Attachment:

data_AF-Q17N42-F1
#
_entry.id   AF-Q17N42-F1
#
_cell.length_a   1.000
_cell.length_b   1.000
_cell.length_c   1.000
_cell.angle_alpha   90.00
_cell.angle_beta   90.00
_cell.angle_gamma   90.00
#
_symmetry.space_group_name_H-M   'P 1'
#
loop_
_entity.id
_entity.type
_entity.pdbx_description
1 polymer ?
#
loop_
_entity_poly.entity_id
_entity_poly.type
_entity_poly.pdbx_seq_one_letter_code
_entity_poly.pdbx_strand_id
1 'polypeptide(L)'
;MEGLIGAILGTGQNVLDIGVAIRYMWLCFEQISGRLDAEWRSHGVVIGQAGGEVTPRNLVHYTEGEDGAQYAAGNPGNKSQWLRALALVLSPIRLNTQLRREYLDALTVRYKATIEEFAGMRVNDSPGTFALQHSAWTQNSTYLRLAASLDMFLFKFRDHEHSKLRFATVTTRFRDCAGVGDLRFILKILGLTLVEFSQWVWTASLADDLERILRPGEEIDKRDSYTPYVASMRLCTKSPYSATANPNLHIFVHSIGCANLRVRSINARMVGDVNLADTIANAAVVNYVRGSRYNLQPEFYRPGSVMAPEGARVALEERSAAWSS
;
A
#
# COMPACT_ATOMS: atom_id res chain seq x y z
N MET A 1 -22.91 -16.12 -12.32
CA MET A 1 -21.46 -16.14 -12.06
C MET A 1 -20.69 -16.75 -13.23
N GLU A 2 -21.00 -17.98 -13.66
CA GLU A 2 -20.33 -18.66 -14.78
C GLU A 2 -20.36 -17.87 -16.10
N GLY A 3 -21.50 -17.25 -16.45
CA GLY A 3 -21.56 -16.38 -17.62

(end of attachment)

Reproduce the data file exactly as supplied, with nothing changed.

data_AF-Q17N42-F1
#
_entry.id   AF-Q17N42-F1
#
_cell.length_a   1.000
_cell.length_b   1.000
_cell.length_c   1.000
_cell.angle_alpha   90.00
_cell.angle_beta   90.00
_cell.angle_gamma   90.00
#
_symmetry.space_group_name_H-M   'P 1'
#
loop_
_entity.id
_entity.type
_entity.pdbx_description
1 polymer ?
#
loop_
_entity_poly.entity_id
_entity_poly.type
_entity_poly.pdbx_seq_one_letter_code
_entity_poly.pdbx_strand_id
1 'polypeptide(L)'
;MEGLIGAILGTGQNVLDIGVAIRYMWLCFEQISGRLDAEWRSHGVVIGQAGGEVTPRNLVHYTEGEDGAQYAAGNPGNKSQWLRALALVLSPIRLNTQLRREYLDALTVRYKATIEEFAGMRVNDSPGTFALQHSAWTQNSTYLRLAASLDMFLFKFRDHEHSKLRFATVTTRFRDCAGVGDLRFILKILGLTLVEFSQWVWTASLADDLERILRPGEEIDKRDSYTPYVASMRLCTKSPYSATANPNLHIFVHSIGCANLRVRSINARMVGDVNLADTIANAAVVNYVRGSRYNLQPEFYRPGSVMAPEGARVALEERSAAWSS
;
A
#
# COMPACT_ATOMS: atom_id res chain seq x y z
N MET A 1 -22.91 -16.12 -12.32
CA MET A 1 -21.46 -16.14 -12.06
C MET A 1 -20.69 -16.75 -13.23
N GLU A 2 -21.00 -17.98 -13.66
CA GLU A 2 -20.33 -18.66 -14.78
C GLU A 2 -20.36 -17.87 -16.10
N GLY A 3 -21.50 -17.25 -16.45
CA GLY A 3 -21.56 -16.38 -17.62